“The thing about Coach Mendenhall is, he teaches us a lot. When he teaches us, he puts it on us to teach each other, so it’s something where he’ll give us a message of the day and we apply it to each other and we guide each other. He just gives us the format and the plan and he just expects us to do it. I really respect him for that, for [wanting] us to be a player-run team. He’s the head coach and he runs everything, but he wants it on us. He puts the pressure on the captains and the leaders of the team to really get the team going, and that’s just what I love to do. I love to lead and I love people following me and I just love being an example.”
English said the experience has “been really rewarding. I think Coach Mendenhall is really good at empowering his players. He talks about sort of the power of choice a lot, and I think he really lives it too. I think guys have the opportunity to be what they’re capable of being in this program. I think there’s a lot of hard work that goes into that. Nothing’s given to you. I think guys have grown a lot both as players and personally in the time since he’s gotten here, and I definitely have experienced all of those things.”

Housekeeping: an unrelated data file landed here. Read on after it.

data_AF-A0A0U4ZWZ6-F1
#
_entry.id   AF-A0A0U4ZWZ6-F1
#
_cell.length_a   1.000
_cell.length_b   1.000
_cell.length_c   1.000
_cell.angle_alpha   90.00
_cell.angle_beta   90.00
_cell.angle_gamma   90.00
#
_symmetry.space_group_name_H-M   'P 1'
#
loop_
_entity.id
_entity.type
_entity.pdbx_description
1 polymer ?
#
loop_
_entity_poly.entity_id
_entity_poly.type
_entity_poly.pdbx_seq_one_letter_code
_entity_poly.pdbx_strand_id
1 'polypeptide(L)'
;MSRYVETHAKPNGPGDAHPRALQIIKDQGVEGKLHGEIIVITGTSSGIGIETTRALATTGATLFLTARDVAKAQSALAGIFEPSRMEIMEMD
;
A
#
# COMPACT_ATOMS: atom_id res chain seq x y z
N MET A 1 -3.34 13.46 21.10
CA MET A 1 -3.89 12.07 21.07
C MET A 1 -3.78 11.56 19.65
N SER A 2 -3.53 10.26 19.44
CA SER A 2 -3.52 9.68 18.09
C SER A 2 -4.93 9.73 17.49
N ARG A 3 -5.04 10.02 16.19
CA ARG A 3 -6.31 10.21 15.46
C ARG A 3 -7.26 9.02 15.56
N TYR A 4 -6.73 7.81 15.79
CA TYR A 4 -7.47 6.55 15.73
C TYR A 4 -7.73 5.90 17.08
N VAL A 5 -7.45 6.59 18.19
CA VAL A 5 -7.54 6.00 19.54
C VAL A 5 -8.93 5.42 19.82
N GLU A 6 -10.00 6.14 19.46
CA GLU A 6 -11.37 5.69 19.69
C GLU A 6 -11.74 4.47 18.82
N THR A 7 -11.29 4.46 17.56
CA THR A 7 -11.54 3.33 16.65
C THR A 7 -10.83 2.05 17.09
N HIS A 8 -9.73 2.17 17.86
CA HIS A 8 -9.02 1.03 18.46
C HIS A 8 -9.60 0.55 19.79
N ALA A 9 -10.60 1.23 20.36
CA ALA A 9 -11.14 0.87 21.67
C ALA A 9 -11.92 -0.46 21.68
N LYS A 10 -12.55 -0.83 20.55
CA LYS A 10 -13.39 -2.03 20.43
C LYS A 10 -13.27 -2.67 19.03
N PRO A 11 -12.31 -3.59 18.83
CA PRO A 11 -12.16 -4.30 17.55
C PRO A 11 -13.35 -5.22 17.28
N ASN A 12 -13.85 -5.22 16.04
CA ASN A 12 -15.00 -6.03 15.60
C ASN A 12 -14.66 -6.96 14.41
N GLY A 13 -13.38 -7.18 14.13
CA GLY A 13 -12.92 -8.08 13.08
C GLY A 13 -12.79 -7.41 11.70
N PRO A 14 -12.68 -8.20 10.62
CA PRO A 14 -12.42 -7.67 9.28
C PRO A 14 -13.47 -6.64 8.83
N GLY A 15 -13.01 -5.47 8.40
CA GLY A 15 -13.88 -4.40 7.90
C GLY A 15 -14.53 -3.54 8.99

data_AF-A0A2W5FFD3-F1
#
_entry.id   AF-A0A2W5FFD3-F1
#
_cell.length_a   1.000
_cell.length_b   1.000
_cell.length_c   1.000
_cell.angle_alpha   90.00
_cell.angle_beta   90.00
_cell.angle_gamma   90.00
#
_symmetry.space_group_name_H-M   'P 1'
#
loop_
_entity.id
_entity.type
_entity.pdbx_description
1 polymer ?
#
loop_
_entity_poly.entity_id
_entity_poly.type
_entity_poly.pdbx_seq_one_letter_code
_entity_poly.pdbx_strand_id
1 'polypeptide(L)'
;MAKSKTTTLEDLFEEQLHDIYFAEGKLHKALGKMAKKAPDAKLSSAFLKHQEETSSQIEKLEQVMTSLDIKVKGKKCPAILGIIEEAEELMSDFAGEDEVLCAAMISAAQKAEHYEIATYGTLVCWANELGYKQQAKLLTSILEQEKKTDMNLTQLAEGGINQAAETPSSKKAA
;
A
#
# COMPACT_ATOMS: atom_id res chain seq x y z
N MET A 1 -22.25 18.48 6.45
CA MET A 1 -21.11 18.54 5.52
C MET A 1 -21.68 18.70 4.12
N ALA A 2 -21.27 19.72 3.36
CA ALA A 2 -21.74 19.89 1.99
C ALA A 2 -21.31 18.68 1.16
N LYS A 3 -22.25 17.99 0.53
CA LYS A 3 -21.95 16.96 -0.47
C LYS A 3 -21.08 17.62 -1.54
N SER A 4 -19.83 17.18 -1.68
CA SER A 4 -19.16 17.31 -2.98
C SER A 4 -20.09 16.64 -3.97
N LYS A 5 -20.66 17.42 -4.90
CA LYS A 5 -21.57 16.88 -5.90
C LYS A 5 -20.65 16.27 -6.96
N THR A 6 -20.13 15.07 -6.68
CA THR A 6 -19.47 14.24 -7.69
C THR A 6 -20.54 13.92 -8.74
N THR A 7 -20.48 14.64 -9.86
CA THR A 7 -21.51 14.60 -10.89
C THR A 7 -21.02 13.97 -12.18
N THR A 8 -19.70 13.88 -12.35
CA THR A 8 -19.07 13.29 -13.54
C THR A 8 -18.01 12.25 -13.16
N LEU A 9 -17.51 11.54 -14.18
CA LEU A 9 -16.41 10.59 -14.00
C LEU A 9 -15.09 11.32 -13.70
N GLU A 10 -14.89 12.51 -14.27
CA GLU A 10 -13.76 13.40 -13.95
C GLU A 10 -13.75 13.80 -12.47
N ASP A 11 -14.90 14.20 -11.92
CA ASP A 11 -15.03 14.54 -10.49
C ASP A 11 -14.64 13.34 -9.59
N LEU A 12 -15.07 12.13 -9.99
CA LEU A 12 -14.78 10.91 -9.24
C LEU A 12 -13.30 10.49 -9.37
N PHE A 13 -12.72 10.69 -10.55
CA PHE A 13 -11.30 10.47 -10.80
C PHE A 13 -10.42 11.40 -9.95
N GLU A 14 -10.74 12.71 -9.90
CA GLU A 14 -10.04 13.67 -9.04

Mendenhall challenges his players, physically and mentally, Levrone said, and “he will check your ego. You will need to be a humble person or he will humble you. If not, it might not be the program for you. But it’s been truly a blessing to be able to play for him. The order that he brought to our program, the discipline, the structure, the messages that he provides us every morning [are] things that you’ll teach to your kids one day, his laws about being a competitor.